Sometimes, an affiliate program may not work even if the page is available. Real affiliate programs, as a general rule, still have some kind of updates. So, if in 2021, the last article on the company's blog dates back to 2016, double-check to see if the offer still stands.
- Check the product or service
Scams can happen from two sides: from the side of the affiliate program and from the side of the product/service. You don't want to offer your audience a fraudulent product, do you?
Therefore, you need to study both the affiliate program and the service or product offered by the advertiser. This will allow you to be confident in the quality of what is being offered to your audience.
Ideally, you should test the product yourself. This is not always possible, so at least do you due diligence, do the research, compare the offerings with those from the competitors, and read reviews.
- Realistic conditions
If other programs offer less generous conditions than the affiliate program in question, double check it.
Affiliate marketing is a business and the advertiser needs to make money too. Therefore, if you see rates that are multiple times higher than the standard rates, treat such a program with the utmost caution.
Often, all “get rich quick” schemes turn out to be scams, but unexpectedly higher rates are not always a red flag. Perhaps the rates are temporarily high to attract new affiliates and will be reduced in the future to economically justified levels. You must assess the realism of the conditions and remember that advertisers don't run charities.
Explore the reviews
Reviews of an affiliate program will help you better understand the program you're working with.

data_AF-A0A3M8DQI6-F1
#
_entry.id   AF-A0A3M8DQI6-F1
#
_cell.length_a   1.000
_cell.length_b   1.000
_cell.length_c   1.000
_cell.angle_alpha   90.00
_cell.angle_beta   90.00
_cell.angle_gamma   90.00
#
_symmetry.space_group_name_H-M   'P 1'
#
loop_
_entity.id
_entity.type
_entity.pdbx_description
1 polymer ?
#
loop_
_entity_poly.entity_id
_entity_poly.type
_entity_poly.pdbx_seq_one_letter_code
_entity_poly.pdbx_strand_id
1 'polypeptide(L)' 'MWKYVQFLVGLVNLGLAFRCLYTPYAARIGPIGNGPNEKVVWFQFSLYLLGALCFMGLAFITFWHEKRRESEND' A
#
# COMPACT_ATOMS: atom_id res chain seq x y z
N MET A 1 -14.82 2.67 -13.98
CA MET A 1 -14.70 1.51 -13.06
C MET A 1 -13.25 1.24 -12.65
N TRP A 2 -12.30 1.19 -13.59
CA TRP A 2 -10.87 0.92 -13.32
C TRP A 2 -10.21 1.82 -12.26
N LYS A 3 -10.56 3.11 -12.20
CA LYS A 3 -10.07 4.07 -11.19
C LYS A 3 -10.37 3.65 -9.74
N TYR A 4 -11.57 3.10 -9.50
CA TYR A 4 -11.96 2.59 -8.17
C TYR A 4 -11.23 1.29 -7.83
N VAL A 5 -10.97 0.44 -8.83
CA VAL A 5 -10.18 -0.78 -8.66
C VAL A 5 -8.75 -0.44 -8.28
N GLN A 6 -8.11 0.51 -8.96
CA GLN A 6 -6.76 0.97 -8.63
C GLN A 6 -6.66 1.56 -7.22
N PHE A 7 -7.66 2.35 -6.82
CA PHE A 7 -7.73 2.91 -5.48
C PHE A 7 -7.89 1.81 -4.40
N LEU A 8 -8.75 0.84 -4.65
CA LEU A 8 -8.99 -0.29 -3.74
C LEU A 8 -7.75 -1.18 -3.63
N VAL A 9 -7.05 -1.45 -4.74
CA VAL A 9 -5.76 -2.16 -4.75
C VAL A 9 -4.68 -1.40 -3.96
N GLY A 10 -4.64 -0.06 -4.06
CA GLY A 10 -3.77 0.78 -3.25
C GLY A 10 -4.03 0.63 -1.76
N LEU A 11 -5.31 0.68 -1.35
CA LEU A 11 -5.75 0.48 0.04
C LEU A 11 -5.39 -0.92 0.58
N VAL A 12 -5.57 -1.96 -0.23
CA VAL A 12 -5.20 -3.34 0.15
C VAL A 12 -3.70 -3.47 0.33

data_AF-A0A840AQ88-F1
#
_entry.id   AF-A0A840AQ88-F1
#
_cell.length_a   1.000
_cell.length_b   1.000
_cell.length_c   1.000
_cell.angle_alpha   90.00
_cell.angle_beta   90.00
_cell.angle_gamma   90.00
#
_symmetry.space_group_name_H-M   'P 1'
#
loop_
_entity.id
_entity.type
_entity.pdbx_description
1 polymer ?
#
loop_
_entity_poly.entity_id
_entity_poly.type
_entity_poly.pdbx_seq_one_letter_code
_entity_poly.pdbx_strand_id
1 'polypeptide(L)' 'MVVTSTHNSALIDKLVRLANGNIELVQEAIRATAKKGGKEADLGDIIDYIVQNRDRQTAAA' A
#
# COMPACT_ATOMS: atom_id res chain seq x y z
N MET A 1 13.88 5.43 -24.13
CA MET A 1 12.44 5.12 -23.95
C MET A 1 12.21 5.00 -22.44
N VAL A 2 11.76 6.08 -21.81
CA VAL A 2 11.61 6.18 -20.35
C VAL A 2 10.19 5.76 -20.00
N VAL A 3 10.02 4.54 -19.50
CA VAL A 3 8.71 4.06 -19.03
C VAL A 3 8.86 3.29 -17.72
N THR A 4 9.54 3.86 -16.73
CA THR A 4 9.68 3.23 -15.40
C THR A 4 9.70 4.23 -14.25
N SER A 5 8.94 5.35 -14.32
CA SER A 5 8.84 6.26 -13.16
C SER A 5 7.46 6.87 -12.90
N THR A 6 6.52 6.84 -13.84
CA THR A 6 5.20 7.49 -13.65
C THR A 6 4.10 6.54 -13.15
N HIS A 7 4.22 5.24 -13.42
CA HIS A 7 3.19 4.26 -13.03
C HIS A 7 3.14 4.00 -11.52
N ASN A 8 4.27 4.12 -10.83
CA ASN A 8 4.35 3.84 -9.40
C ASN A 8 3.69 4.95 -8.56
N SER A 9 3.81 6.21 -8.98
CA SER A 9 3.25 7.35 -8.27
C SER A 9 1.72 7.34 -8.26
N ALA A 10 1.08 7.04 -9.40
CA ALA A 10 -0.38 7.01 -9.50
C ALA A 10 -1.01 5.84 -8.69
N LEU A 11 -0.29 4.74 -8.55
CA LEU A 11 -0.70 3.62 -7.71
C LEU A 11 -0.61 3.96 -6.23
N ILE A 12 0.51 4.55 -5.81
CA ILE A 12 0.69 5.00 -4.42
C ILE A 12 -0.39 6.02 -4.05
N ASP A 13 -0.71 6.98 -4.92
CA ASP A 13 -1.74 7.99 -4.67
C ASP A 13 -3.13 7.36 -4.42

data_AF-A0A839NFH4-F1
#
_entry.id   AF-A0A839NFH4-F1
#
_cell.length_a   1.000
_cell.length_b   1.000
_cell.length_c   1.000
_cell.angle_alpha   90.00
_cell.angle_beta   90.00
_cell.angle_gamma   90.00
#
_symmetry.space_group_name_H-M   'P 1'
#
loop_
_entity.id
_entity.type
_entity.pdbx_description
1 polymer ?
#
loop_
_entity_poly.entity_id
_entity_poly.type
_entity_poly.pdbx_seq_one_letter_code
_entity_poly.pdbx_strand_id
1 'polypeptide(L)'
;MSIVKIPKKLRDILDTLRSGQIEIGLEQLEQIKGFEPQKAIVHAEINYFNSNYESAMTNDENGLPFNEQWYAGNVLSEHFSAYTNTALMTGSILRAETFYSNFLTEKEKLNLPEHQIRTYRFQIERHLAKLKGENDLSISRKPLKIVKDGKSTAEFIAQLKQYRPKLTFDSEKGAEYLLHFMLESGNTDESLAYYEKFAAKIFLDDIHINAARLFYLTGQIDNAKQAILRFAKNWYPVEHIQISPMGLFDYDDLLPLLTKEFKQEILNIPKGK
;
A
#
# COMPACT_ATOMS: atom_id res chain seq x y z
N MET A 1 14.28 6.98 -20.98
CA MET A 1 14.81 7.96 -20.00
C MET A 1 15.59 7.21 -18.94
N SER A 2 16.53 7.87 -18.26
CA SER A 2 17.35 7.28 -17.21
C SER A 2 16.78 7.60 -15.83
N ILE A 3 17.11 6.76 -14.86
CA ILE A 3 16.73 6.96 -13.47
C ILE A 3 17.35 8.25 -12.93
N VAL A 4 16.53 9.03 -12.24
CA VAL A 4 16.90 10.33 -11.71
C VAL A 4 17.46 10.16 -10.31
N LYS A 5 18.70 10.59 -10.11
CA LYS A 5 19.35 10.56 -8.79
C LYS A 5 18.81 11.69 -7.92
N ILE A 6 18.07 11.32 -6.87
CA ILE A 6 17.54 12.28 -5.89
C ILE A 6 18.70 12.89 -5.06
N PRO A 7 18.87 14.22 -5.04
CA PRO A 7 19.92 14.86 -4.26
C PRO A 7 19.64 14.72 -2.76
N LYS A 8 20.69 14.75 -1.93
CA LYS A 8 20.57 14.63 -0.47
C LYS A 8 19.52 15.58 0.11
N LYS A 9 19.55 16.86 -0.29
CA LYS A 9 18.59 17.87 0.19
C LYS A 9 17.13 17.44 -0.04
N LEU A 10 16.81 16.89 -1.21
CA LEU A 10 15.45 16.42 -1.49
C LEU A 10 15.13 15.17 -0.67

If you have not found the program you are looking for on Trustpilot, try searching on Google by the name of the program with the word “review” or directly by typing the name of the affiliate program and the word “scam”. Small programs often do not have a page on Trustpilot, so the easiest way to find reviews for such programs is through Google. For example:
Nevertheless, you should not rely 100% on reviews, since even trustworthy affiliate programs may have negative reviews, including those claiming that the program is cheating.
For example, CJ.com is one of the largest affiliate networks in the world. It has a reliable reputation, but also has negative reviews:
Negative reviews should be evaluated wisely, since they are based on specific cases — authentic, but potentially irrelevant to your situation.
Also, some negative reviews are left by affiliates who violated the rules of the program and were blocked without receiving payment. Keep in mind that just a few people will write a positive review when everything goes well, but many people are ready to share their negative experience when even a tiny detail goes wrong.
Explore the conditions and rules
Review the conditions before driving traffic to the advertiser — those conditions might not suit you. For example, in the list of available payout methods, there may not be an acceptable payment option for your country. Or for example, the advertiser may not accept the type of traffic you are going to drive to their site.
In the program reviews, you may come across many disgruntled webmasters who felt like they were cheated, but could have avoided this by studying the conditions and not violating the rules. You will avoid problems if you take the time to learn the rules before joining a program.